Can You Spend Money That a Bank Mistakenly Deposited?

Can You Spend Money That a Bank Mistakenly Deposited?

During my freshman year of college, I faced an ethical dilemma that has led to many interesting debates. When I checked my account balance, I noticed a credit of $1,000. As bank errors go, this one was relatively small. But to a poor college kid who only expected to see $100 in the account, this was like hitting the jackpot. I knew the bank had mistakenly deposited the money. However, when I tried to do the right thing, the teller assured me there was no mistake. So at this point, would the money be yours to spend?

What Happens if a Bank Mistakenly Deposited Money in Your Account?

Mistakes are a part of life. People aren’t perfect and technology can create errors. But what should you do when the bank makes an error in your favor?

Noticing the Error

In all honesty, my first thought was “Free money!” At that time in my life, I was working 40 hours a week and going to school full-time. So, it could have gone a long way toward improving my quality of life. But deep down, I knew it wasn’t mine to keep. And if I tried, I would probably get caught.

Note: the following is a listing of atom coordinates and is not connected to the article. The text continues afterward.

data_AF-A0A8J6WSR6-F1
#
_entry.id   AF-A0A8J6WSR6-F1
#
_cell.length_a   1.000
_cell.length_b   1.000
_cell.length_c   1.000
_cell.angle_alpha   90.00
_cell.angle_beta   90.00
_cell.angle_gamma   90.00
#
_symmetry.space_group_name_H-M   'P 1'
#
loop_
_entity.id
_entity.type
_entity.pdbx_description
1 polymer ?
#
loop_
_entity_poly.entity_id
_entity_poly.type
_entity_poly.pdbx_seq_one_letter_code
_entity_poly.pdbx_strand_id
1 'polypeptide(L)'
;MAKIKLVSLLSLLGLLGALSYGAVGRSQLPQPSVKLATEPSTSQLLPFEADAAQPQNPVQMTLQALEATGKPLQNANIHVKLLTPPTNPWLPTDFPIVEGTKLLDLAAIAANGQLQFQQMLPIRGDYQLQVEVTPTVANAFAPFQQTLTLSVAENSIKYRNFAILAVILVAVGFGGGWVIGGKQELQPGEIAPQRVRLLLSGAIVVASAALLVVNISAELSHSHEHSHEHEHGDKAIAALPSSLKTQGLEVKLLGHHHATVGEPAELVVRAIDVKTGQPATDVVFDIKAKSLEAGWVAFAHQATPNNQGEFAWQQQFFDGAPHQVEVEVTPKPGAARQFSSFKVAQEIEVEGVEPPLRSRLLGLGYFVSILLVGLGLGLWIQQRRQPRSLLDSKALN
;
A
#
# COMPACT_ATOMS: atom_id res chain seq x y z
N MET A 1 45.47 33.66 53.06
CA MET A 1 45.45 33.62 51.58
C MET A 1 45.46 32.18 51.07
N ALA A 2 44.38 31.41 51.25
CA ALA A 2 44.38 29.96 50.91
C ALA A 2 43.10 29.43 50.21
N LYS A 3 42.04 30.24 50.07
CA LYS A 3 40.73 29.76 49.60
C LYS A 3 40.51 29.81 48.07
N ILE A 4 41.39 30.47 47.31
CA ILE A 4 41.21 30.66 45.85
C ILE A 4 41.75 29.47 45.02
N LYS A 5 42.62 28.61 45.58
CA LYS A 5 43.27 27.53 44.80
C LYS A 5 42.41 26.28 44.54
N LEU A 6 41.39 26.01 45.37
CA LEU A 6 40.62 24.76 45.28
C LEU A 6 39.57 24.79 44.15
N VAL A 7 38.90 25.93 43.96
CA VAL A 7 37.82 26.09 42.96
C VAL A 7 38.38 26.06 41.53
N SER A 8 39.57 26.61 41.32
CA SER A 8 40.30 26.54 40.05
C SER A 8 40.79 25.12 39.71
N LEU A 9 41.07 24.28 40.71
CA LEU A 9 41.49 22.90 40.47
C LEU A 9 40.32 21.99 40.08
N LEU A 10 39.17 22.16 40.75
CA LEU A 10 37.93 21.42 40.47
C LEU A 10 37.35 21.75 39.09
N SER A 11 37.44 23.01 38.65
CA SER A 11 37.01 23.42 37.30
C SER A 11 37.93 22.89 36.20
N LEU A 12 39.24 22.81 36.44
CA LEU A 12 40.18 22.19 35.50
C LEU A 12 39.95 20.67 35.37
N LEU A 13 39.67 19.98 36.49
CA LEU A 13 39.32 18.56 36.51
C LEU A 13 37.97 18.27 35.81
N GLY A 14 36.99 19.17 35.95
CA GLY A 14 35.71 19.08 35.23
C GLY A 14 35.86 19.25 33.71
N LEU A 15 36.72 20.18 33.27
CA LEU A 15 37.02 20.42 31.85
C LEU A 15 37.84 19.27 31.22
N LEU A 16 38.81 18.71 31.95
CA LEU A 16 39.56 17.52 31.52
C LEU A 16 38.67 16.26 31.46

To this day, I’m still not sure if it was an accounting error or a simple mistake on the teller’s part. Although it was tempting to keep it, you should report these errors as soon as you notice them. Unfortunately, this isn’t one of those instances where the “finders, keepers” rule applies. Even if the bank insists there was no mistake, don’t spend the money because it will come to collect it eventually.

Better to Be Safe Than Sorry

Sure, there are times people spend the funds and get away with it. But more often than not, you will have to pay it back if a bank mistakenly deposits money and you use it.

It doesn’t usually take long for someone to notice the money is missing from their account. When they do, the person will contact the bank immediately to fix the error. Even when no one reports the errors, financial institutions conduct audits to catch mistakes just like this. And if someone notices the extra money in the account, they don’t need permission to remove the funds. So if you already spent it, you could find yourself in hot water.

What Are the Penalties if You Try to Keep It?

As you would expect, there will be penalties if you try to keep money that isn’t yours. For one couple, it led to criminal charges. So, it’s best to assume the bank will realize they have mistakenly deposited money into your account and will reverse the transaction.